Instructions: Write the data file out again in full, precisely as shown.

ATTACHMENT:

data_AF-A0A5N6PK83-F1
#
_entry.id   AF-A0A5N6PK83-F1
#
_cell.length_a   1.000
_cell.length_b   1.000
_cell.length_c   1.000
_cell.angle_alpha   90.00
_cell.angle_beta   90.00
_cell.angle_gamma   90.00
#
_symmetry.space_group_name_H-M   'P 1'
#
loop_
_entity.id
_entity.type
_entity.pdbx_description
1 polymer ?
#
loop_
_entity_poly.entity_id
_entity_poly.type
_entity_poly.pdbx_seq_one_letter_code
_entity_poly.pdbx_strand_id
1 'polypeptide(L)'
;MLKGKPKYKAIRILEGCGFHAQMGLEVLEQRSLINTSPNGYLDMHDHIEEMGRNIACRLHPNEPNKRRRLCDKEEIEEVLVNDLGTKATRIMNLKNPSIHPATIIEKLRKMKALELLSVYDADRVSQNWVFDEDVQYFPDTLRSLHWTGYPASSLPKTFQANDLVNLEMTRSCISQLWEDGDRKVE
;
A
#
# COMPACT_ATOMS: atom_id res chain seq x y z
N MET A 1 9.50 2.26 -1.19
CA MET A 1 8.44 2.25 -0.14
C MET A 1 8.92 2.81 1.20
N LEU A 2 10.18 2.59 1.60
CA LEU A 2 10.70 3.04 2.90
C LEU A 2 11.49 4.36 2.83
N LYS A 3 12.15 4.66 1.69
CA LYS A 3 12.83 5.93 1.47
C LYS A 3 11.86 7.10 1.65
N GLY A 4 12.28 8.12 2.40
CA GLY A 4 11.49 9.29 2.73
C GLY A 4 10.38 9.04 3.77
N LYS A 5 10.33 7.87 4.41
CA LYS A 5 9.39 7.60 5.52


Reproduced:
data_AF-A0A5N6PK83-F1
#
_entry.id   AF-A0A5N6PK83-F1
#
_cell.length_a   1.000
_cell.length_b   1.000
_cell.length_c   1.000
_cell.angle_alpha   90.00
_cell.angle_beta   90.00
_cell.angle_gamma   90.00
#
_symmetry.space_group_name_H-M   'P 1'
#
loop_
_entity.id
_entity.type
_entity.pdbx_description
1 polymer ?
#
loop_
_entity_poly.entity_id
_entity_poly.type
_entity_poly.pdbx_seq_one_letter_code
_entity_poly.pdbx_strand_id
1 'polypeptide(L)'
;MLKGKPKYKAIRILEGCGFHAQMGLEVLEQRSLINTSPNGYLDMHDHIEEMGRNIACRLHPNEPNKRRRLCDKEEIEEVLVNDLGTKATRIMNLKNPSIHPATIIEKLRKMKALELLSVYDADRVSQNWVFDEDVQYFPDTLRSLHWTGYPASSLPKTFQANDLVNLEMTRSCISQLWEDGDRKVE
;
A
#
# COMPACT_ATOMS: atom_id res chain seq x y z
N MET A 1 9.50 2.26 -1.19
CA MET A 1 8.44 2.25 -0.14
C MET A 1 8.92 2.81 1.20
N LEU A 2 10.18 2.59 1.60
CA LEU A 2 10.70 3.04 2.90
C LEU A 2 11.49 4.36 2.83
N LYS A 3 12.15 4.66 1.69
CA LYS A 3 12.83 5.93 1.47
C LYS A 3 11.86 7.10 1.65
N GLY A 4 12.28 8.12 2.40
CA GLY A 4 11.49 9.29 2.73
C GLY A 4 10.38 9.04 3.77
N LYS A 5 10.33 7.87 4.41
CA LYS A 5 9.39 7.60 5.52